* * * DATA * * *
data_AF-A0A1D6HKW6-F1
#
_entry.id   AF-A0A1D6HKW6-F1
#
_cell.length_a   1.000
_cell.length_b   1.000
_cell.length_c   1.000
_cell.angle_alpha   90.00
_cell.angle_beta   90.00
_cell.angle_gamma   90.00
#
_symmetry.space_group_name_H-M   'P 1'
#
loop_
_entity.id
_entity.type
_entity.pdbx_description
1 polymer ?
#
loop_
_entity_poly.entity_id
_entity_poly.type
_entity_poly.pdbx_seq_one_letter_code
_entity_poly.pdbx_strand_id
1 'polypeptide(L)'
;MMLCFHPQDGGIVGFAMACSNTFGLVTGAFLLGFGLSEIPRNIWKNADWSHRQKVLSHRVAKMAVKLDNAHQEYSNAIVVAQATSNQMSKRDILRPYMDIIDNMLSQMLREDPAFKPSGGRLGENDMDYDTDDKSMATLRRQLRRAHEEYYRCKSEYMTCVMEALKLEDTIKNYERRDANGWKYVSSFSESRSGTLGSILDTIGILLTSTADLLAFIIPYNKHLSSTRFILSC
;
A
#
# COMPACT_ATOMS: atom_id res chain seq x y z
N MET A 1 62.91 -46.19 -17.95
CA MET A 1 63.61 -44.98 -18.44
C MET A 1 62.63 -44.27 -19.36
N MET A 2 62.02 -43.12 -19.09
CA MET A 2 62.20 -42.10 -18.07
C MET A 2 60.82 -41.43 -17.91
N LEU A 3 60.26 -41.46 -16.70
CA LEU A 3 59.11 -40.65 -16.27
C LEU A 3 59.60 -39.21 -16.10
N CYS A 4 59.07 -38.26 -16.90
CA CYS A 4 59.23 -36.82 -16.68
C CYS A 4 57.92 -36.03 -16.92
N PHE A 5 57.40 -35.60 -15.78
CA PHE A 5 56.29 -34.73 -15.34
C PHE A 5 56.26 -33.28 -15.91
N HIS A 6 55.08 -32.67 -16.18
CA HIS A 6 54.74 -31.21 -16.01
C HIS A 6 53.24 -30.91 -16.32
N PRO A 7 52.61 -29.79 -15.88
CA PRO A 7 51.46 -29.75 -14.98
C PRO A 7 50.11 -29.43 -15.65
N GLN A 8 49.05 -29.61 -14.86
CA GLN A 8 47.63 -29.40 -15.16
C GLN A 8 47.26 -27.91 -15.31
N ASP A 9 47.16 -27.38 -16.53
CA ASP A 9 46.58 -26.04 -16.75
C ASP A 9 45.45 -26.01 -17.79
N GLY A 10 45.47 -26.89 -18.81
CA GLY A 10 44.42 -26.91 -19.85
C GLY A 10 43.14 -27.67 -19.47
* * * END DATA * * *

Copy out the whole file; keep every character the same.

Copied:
data_AF-A0A1D6HKW6-F1
#
_entry.id   AF-A0A1D6HKW6-F1
#
_cell.length_a   1.000
_cell.length_b   1.000
_cell.length_c   1.000
_cell.angle_alpha   90.00
_cell.angle_beta   90.00
_cell.angle_gamma   90.00
#
_symmetry.space_group_name_H-M   'P 1'
#
loop_
_entity.id
_entity.type
_entity.pdbx_description
1 polymer ?
#
loop_
_entity_poly.entity_id
_entity_poly.type
_entity_poly.pdbx_seq_one_letter_code
_entity_poly.pdbx_strand_id
1 'polypeptide(L)'
;MMLCFHPQDGGIVGFAMACSNTFGLVTGAFLLGFGLSEIPRNIWKNADWSHRQKVLSHRVAKMAVKLDNAHQEYSNAIVVAQATSNQMSKRDILRPYMDIIDNMLSQMLREDPAFKPSGGRLGENDMDYDTDDKSMATLRRQLRRAHEEYYRCKSEYMTCVMEALKLEDTIKNYERRDANGWKYVSSFSESRSGTLGSILDTIGILLTSTADLLAFIIPYNKHLSSTRFILSC
;
A
#
# COMPACT_ATOMS: atom_id res chain seq x y z
N MET A 1 62.91 -46.19 -17.95
CA MET A 1 63.61 -44.98 -18.44
C MET A 1 62.63 -44.27 -19.36
N MET A 2 62.02 -43.12 -19.09
CA MET A 2 62.20 -42.10 -18.07
C MET A 2 60.82 -41.43 -17.91
N LEU A 3 60.26 -41.46 -16.70
CA LEU A 3 59.11 -40.65 -16.27
C LEU A 3 59.60 -39.21 -16.10
N CYS A 4 59.07 -38.26 -16.90
CA CYS A 4 59.23 -36.82 -16.68
C CYS A 4 57.92 -36.03 -16.92
N PHE A 5 57.40 -35.60 -15.78
CA PHE A 5 56.29 -34.73 -15.34
C PHE A 5 56.26 -33.28 -15.91
N HIS A 6 55.08 -32.67 -16.18
CA HIS A 6 54.74 -31.21 -16.01
C HIS A 6 53.24 -30.91 -16.32
N PRO A 7 52.61 -29.79 -15.88
CA PRO A 7 51.46 -29.75 -14.98
C PRO A 7 50.11 -29.43 -15.65
N GLN A 8 49.05 -29.61 -14.86
CA GLN A 8 47.63 -29.40 -15.16
C GLN A 8 47.26 -27.91 -15.31
N ASP A 9 47.16 -27.38 -16.53
CA ASP A 9 46.58 -26.04 -16.75
C ASP A 9 45.45 -26.01 -17.79
N GLY A 10 45.47 -26.89 -18.81
CA GLY A 10 44.42 -26.91 -19.85
C GLY A 10 43.14 -27.67 -19.47